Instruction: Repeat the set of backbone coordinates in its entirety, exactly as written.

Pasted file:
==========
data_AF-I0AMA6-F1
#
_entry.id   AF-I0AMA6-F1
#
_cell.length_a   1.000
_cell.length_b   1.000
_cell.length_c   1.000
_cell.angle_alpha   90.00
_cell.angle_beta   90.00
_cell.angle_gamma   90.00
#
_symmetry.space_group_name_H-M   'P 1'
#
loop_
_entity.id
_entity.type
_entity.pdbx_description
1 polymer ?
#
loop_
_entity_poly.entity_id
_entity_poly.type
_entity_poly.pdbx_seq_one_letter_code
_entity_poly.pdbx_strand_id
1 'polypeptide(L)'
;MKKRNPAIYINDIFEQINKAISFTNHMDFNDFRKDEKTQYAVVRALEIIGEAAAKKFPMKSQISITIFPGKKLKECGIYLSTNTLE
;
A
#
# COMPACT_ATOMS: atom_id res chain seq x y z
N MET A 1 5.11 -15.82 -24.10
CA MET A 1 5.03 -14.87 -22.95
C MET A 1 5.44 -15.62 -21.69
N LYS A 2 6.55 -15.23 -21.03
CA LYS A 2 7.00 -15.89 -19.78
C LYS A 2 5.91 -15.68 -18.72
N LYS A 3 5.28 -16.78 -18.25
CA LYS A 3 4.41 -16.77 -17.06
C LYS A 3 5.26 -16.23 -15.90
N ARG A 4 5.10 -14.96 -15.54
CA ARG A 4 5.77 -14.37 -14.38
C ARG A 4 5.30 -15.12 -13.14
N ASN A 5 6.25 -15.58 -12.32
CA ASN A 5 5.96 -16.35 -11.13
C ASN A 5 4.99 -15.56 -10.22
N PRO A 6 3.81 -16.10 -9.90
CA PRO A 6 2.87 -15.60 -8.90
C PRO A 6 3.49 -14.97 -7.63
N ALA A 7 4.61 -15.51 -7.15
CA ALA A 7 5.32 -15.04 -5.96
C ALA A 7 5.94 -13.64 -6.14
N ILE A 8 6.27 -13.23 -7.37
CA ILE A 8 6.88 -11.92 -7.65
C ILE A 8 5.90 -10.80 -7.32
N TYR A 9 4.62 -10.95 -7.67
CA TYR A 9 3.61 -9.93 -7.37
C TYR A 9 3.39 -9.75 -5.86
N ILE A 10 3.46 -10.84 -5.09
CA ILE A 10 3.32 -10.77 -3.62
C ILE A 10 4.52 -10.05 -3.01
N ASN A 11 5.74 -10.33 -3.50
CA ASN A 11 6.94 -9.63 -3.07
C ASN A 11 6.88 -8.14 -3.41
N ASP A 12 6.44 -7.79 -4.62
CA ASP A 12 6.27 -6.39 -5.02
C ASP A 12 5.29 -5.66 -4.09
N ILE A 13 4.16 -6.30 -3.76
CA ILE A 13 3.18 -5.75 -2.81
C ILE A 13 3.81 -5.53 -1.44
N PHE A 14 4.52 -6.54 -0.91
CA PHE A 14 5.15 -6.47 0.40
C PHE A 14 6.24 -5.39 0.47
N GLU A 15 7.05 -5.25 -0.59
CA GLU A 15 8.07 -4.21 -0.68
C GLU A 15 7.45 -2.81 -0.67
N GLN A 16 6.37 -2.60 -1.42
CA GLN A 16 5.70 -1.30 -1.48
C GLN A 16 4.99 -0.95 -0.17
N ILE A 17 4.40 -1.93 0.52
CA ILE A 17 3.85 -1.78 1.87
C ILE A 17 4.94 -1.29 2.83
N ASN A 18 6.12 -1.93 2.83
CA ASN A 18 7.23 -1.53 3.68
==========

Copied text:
data_AF-I0AMA6-F1
#
_entry.id   AF-I0AMA6-F1
#
_cell.length_a   1.000
_cell.length_b   1.000
_cell.length_c   1.000
_cell.angle_alpha   90.00
_cell.angle_beta   90.00
_cell.angle_gamma   90.00
#
_symmetry.space_group_name_H-M   'P 1'
#
loop_
_entity.id
_entity.type
_entity.pdbx_description
1 polymer ?
#
loop_
_entity_poly.entity_id
_entity_poly.type
_entity_poly.pdbx_seq_one_letter_code
_entity_poly.pdbx_strand_id
1 'polypeptide(L)'
;MKKRNPAIYINDIFEQINKAISFTNHMDFNDFRKDEKTQYAVVRALEIIGEAAAKKFPMKSQISITIFPGKKLKECGIYLSTNTLE
;
A
#
# COMPACT_ATOMS: atom_id res chain seq x y z
N MET A 1 5.11 -15.82 -24.10
CA MET A 1 5.03 -14.87 -22.95
C MET A 1 5.44 -15.62 -21.69
N LYS A 2 6.55 -15.23 -21.03
CA LYS A 2 7.00 -15.89 -19.78
C LYS A 2 5.91 -15.68 -18.72
N LYS A 3 5.28 -16.78 -18.25
CA LYS A 3 4.41 -16.77 -17.06
C LYS A 3 5.26 -16.23 -15.90
N ARG A 4 5.10 -14.96 -15.54
CA ARG A 4 5.77 -14.37 -14.38
C ARG A 4 5.30 -15.12 -13.14
N ASN A 5 6.25 -15.58 -12.32
CA ASN A 5 5.96 -16.35 -11.13
C ASN A 5 4.99 -15.56 -10.22
N PRO A 6 3.81 -16.10 -9.90
CA PRO A 6 2.87 -15.60 -8.90
C PRO A 6 3.49 -14.97 -7.63
N ALA A 7 4.61 -15.51 -7.15
CA ALA A 7 5.32 -15.04 -5.96
C ALA A 7 5.94 -13.64 -6.14
N ILE A 8 6.27 -13.23 -7.37
CA ILE A 8 6.88 -11.92 -7.65
C ILE A 8 5.90 -10.80 -7.32
N TYR A 9 4.62 -10.95 -7.67
CA TYR A 9 3.61 -9.93 -7.37
C TYR A 9 3.39 -9.75 -5.86
N ILE A 10 3.46 -10.84 -5.09
CA ILE A 10 3.32 -10.77 -3.62
C ILE A 10 4.52 -10.05 -3.01
N ASN A 11 5.74 -10.33 -3.50
CA ASN A 11 6.94 -9.63 -3.07
C ASN A 11 6.88 -8.14 -3.41
N ASP A 12 6.44 -7.79 -4.62
CA ASP A 12 6.27 -6.39 -5.02
C ASP A 12 5.29 -5.66 -4.09
N ILE A 13 4.16 -6.30 -3.76
CA ILE A 13 3.18 -5.75 -2.81
C ILE A 13 3.81 -5.53 -1.44
N PHE A 14 4.52 -6.54 -0.91
CA PHE A 14 5.15 -6.47 0.40
C PHE A 14 6.24 -5.39 0.47
N GLU A 15 7.05 -5.25 -0.59
CA GLU A 15 8.07 -4.21 -0.68
C GLU A 15 7.45 -2.81 -0.67
N GLN A 16 6.37 -2.60 -1.42
CA GLN A 16 5.70 -1.30 -1.48
C GLN A 16 4.99 -0.95 -0.17
N ILE A 17 4.40 -1.93 0.52
CA ILE A 17 3.85 -1.78 1.87
C ILE A 17 4.94 -1.29 2.83
N ASN A 18 6.12 -1.93 2.83
CA ASN A 18 7.23 -1.53 3.68